The policies implemented by the Justice Srikrishna committee clearly indicate that the conclusion to localise data came much before the reasons to localise were constructed.
The insistence in some government and business quarters that Indian data be stored in India is based on several premises. Some reasonable, others curious, and yet some quite bizarre. Let us examine each one of them in brief.
The first and perhaps the strongest reason is maintaining law and order. It is a very reasonable ask since many of the public order related incidents in recent months can be attributed to the viral power of the internet. In several cases, fake news, leading to potential harm, have been clearly identified. Little wonder that many of the platforms have been pestered for more and more information with limited success, frustrating both the platforms and the security establishment. Internet shutdowns have been frequent and quite arbitrary. The need for a more law-abiding set of businesses who share data with the authorities have been long felt, rightly or wrongly. Let us also confess that data businesses have not been very forthcoming about sharing data with law enforcement authorities.
The second reason that I heard was the argument that data needs to be shared for socio-economic good. This sounds a little curious, but the reason given is that the government needs data for better implementation of social programmes and statistics collection. Of course, one can argue that the state’s demand of data for surveillance often comes under the garb of social causes. But, let us not question the motives of the state just yet.
The third argument that is gaining currency is that data needs to be shared with start-ups so that they can have a level playing field in offering innovative services with large and often global data companies. This argument does touch a sensitive chord among many start-ups, and those more nationalistic among the establishment. It may make some sense in a very obtuse way but we shall still consider it very valid.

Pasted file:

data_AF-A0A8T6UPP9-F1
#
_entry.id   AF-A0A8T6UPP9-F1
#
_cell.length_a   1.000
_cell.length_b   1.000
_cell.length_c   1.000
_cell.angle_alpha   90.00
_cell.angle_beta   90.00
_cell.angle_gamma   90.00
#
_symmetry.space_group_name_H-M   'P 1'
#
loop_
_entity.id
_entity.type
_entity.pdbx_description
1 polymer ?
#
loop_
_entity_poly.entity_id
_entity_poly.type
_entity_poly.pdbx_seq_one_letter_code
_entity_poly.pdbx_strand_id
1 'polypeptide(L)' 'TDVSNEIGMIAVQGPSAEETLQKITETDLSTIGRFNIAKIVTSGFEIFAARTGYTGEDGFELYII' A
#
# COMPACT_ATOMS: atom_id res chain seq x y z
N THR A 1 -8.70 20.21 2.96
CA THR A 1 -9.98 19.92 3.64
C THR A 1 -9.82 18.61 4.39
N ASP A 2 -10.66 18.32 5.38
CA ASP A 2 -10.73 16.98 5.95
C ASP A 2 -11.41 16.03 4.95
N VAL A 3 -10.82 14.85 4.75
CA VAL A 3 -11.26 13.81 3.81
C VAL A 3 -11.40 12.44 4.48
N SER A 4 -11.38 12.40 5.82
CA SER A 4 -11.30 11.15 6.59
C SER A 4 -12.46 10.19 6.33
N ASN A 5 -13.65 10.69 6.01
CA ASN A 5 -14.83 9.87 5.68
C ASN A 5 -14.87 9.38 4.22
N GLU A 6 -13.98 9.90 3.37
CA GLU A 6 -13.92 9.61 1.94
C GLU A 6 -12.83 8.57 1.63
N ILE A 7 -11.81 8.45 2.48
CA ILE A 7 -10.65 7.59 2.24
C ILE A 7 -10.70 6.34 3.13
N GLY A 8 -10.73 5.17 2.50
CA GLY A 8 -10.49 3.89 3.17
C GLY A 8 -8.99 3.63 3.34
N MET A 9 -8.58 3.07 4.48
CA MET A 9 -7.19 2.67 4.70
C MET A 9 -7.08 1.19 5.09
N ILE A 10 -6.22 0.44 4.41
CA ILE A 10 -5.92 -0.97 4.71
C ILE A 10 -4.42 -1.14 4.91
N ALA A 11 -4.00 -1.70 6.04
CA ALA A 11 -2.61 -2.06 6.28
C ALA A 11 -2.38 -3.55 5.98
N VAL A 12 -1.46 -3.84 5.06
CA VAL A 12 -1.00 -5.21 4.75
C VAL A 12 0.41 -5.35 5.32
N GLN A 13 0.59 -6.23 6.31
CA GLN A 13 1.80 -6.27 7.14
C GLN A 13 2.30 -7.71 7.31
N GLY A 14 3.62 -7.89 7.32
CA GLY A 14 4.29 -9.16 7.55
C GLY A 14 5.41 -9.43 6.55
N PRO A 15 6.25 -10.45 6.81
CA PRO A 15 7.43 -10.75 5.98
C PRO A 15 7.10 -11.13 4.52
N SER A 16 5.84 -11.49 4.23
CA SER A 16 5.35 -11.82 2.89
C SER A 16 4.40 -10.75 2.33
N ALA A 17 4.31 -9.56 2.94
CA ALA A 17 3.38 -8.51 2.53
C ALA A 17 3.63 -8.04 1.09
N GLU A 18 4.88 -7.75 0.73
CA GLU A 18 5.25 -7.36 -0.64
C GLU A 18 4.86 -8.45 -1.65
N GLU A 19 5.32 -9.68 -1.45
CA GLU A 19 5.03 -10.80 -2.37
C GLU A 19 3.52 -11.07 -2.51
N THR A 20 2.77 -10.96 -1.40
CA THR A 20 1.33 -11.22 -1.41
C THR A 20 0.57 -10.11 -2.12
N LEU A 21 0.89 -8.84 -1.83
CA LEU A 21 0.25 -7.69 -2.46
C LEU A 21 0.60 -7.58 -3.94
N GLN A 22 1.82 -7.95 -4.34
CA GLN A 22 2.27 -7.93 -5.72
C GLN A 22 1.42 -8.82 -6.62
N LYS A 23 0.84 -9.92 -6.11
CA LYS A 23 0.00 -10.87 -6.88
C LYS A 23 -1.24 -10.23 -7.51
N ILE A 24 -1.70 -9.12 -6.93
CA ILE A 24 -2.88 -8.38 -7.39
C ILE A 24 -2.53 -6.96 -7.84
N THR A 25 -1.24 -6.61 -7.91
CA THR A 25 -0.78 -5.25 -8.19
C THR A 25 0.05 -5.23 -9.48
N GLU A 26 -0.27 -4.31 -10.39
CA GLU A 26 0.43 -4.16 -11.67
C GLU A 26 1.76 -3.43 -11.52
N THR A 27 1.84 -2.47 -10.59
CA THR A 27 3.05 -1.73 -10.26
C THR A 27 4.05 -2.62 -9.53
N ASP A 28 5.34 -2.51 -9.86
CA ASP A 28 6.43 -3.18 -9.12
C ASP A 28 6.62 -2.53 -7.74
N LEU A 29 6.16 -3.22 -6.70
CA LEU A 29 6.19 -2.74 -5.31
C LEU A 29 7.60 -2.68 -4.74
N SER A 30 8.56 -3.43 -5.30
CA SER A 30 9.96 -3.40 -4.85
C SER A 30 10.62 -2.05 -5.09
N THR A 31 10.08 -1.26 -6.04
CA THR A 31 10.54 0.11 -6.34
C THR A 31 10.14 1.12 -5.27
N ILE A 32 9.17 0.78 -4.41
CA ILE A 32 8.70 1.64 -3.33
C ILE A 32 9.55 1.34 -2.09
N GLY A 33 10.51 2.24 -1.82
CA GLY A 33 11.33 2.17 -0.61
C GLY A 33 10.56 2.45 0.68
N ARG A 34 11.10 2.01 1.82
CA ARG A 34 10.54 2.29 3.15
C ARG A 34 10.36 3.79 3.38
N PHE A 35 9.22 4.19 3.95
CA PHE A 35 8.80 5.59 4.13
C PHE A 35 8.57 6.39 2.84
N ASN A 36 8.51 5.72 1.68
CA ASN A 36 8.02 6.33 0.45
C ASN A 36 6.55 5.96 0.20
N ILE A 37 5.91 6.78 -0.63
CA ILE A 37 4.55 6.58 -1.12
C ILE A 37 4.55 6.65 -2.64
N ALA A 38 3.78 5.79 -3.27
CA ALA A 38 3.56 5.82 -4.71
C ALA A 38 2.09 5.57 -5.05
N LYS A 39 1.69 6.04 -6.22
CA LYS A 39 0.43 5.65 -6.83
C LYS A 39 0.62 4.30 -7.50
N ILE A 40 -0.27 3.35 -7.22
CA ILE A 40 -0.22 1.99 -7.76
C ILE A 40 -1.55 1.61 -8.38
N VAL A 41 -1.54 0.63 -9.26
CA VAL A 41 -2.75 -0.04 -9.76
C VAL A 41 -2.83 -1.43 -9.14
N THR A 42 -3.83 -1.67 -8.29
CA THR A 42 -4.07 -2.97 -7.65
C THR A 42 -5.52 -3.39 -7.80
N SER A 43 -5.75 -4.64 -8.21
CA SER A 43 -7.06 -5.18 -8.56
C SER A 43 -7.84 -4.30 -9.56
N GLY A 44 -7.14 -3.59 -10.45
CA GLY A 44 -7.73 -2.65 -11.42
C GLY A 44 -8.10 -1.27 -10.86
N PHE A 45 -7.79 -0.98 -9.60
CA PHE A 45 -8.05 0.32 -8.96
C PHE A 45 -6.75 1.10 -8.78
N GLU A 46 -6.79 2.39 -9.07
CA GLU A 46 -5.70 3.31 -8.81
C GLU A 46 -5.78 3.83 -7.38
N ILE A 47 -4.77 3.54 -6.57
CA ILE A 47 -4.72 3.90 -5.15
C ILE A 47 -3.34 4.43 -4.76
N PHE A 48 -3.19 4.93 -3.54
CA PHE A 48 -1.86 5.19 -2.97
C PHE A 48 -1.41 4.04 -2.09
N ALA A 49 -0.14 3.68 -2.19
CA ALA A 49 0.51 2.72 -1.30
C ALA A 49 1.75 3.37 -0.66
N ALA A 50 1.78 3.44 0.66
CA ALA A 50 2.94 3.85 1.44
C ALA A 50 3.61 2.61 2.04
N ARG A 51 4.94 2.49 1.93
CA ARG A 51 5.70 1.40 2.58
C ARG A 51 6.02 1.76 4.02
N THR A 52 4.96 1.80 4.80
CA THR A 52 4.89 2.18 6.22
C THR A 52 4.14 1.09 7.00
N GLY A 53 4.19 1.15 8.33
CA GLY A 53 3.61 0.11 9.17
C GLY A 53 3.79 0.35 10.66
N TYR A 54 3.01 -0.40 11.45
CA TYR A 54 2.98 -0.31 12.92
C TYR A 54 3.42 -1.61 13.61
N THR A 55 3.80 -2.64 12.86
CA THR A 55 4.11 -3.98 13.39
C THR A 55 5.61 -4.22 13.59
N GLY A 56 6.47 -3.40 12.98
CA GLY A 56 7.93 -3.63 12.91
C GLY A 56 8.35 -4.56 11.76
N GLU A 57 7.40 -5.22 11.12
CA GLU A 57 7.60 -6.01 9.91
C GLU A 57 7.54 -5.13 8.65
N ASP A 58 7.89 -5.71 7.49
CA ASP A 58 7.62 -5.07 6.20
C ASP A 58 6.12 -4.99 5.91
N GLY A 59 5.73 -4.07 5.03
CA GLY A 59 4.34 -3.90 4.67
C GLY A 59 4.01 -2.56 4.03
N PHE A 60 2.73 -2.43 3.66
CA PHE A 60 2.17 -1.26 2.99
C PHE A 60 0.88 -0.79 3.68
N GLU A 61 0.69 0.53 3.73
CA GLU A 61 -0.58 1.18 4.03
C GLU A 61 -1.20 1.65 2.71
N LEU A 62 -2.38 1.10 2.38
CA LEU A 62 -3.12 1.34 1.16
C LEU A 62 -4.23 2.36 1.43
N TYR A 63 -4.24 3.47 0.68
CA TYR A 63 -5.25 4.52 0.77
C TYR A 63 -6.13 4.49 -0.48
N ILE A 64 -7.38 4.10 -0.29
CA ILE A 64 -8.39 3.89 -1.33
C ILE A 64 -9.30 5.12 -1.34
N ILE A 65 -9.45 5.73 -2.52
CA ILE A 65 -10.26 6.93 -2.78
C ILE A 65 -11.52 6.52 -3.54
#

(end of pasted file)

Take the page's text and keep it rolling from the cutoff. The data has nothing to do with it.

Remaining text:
There are several other secondary issues which may not detain us here. Suffice it to say that the argument is simple and powerful: Data localisation is necessary because we need data companies to share more and more data with the ecosystem. The need for localisation emanates from the need for sharing, a very noble aim indeed.
On deeper examination, the policies that have been recently drafted or implemented by the ministry of commerce, RBI, the Cloud committee and most notably the Justice Srikrishna committee, clearly indicate that the need to share data is a post-facto argument to support data localisation. The conclusion to localise data came much before the reasons to localise were constructed.
It is for this reason that none of the above policies, as drafted, lays down any clear norms for data sharing with any of the constituencies. Let us consider data sharing with law enforcement which, perhaps, is the top most reason for data localisation. In all the policies/bills, etc., it is assumed that data localisation will automatically lead to data sharing. However, there is no law in the country that allows government entities “unfettered” access to “all data” to quote the RBI directive. In the past, we have seen how a messaging company was forced to get its servers in India and how, thereafter, no extra information could be extracted from their servers. Unless, of course, there was some extra-legal private arrangement about which we are not aware.
Sharing data for socio-economic development, too, is a very important reason. However, once again, in none of the policy papers is there any mention of how this is going to happen under the law. There is not even a casual mention of the intention in any of the policy papers cited above, including the comprehensive draft Privacy and Data Protection Bill.
Finally, the issue of sharing data with start-ups to promote innovation is cited as a powerful reason behind data localisation. Curiously, once again, none of the policy papers cited above makes any mention of how this is legally possible given the fact that under present law, corporate entities are free not to share commercial data with another corporate entity.
Given that the noble cause of data sharing is not just a fig-leaf, hiding darker motives for data localisation, would it not be natural for data sharing pathways with law-enforcement, socio-economic development agencies, and the start-up community to have been clarified up-front? Would it not have been expected for such pathways to be clearly defined in policy papers, given the sanction of law? In other words, the horse should have been placed before the cart. For India’s data policy to be consistent with the higher motives it claims, the pathways of data sharing must be embedded in policy before data localisation is proposed as a solution.
By- Subho Ray. President, Internet and Mobile Association of India (Views are personal)